The Consequences of Truth

Well-made plans have a way of crashing around you when it’s least expected.  We’ve all had things we planed on doing, only to have life come up and smack us straight on in the face, leaving one a semi-bloody mess.

The measure of your personality is how you deal with the situation.

I didn’t deal with mine very well.

Allow me to explain.

I started out in a good mood.  I was writing, I was blogging, I was looking forward to the end of my novel.  I was looking forward to having a good time today, to maybe finishing an article and getting that out.  The path was clear, the way ahead was sunny.

I posted an excerpt from Chapter Six of Her Demonic Majesty, and was getting into my editing.  It was going to be a wonderful day–

Then Trusty Editortm came along.

They were reading the excerpt, going through it with the trained eye they have.  And just like that, I’m getting PMs on Facebook.  “You have this wrong . . . this should be . . . I think you meant–“.  It wasn’t much, and my Trusty Editortm was only helping me as they have done in the past.

But it killed me, because this was what I feared all along:  that no matter how much work I put into getting my manuscript clean, it would never be clean enough.

I lost it.  I logged off from Facebook and just shook for a few minutes.  I cried.  I doubted my own abilities to do anything right.  I’ve spent so much time on this story that it really felt like a kick in the gut, and with everything that has happened to me this week, I felt like I couldn’t take it anymore.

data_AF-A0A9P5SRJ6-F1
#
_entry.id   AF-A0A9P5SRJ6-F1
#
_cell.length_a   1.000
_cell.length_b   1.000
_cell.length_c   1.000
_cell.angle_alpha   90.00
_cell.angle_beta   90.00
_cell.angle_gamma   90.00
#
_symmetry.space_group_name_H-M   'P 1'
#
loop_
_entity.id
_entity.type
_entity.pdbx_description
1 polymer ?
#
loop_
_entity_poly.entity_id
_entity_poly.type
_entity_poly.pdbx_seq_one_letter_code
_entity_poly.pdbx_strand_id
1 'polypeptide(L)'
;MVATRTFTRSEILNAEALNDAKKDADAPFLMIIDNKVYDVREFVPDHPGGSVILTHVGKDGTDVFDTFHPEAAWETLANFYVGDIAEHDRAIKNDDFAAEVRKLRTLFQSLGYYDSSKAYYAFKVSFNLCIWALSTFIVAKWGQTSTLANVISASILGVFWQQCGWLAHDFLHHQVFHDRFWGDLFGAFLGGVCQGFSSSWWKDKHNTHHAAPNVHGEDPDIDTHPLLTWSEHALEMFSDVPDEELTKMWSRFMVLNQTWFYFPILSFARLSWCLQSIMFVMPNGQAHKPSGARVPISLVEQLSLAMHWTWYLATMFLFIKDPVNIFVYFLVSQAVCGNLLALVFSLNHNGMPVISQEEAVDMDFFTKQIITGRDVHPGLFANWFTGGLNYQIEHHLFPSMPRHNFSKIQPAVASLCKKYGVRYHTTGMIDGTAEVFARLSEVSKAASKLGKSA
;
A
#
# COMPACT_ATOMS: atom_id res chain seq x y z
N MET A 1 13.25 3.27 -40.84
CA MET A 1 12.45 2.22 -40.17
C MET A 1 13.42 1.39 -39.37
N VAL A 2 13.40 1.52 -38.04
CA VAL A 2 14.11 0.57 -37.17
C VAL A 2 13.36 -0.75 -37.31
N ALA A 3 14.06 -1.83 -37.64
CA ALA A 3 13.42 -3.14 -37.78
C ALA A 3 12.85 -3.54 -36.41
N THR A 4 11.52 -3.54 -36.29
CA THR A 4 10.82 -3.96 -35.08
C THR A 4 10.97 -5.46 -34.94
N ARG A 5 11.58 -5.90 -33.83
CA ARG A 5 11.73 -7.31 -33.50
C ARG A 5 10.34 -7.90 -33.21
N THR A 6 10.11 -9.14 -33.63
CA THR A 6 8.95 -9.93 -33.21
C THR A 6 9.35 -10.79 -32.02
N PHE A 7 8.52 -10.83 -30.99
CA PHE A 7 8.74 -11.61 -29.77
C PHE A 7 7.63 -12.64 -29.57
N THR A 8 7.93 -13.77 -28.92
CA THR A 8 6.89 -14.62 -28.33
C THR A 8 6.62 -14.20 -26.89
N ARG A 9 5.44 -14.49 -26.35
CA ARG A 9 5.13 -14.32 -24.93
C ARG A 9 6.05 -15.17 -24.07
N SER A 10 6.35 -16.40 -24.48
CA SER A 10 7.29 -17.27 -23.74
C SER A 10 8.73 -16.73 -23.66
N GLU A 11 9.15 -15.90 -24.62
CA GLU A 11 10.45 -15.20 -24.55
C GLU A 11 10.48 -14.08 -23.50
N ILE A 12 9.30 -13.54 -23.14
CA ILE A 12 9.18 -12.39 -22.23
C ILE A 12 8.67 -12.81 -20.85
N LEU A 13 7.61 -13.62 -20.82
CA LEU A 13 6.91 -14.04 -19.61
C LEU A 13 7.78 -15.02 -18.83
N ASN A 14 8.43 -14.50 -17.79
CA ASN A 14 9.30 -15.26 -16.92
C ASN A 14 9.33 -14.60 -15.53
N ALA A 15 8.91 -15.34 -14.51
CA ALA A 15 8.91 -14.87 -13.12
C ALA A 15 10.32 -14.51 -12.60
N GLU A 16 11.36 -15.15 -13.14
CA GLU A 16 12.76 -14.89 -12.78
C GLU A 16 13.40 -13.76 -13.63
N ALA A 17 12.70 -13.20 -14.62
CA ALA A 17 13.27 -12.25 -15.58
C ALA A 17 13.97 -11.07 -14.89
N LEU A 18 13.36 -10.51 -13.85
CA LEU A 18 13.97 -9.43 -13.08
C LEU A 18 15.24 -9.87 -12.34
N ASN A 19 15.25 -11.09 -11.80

I actually reached the point where I was ready to say, “Fuck it, I can’t take this anymore,” and just wander away from the scene for . . .well, who knows?  I feel alone, I feel that I get very little support, I feel like I’m working in a constant vacuum located inside a singularity of indifference.

So I stepped away from the story for most of the day, simply because I couldn’t stand to look at the manuscript any more.

I finally finished editing the chapter I was on when I had my meltdown, then I headed out for the night, something I haven’t done in over a month and a half.  I wasn’t in much of a mood to talk, though, but I manged to get though the night without being too much of a Debbie Downer.

It was only while I was driving home with the late night light drizzle falling around me that I found my center.  See, long ago, Trusty Editortm was going over another manuscript that was my then Work in Progress.  And they had issues with a few things in the first couple of paragraphs.  I freaked out, because I thought what I’d written was pretty good.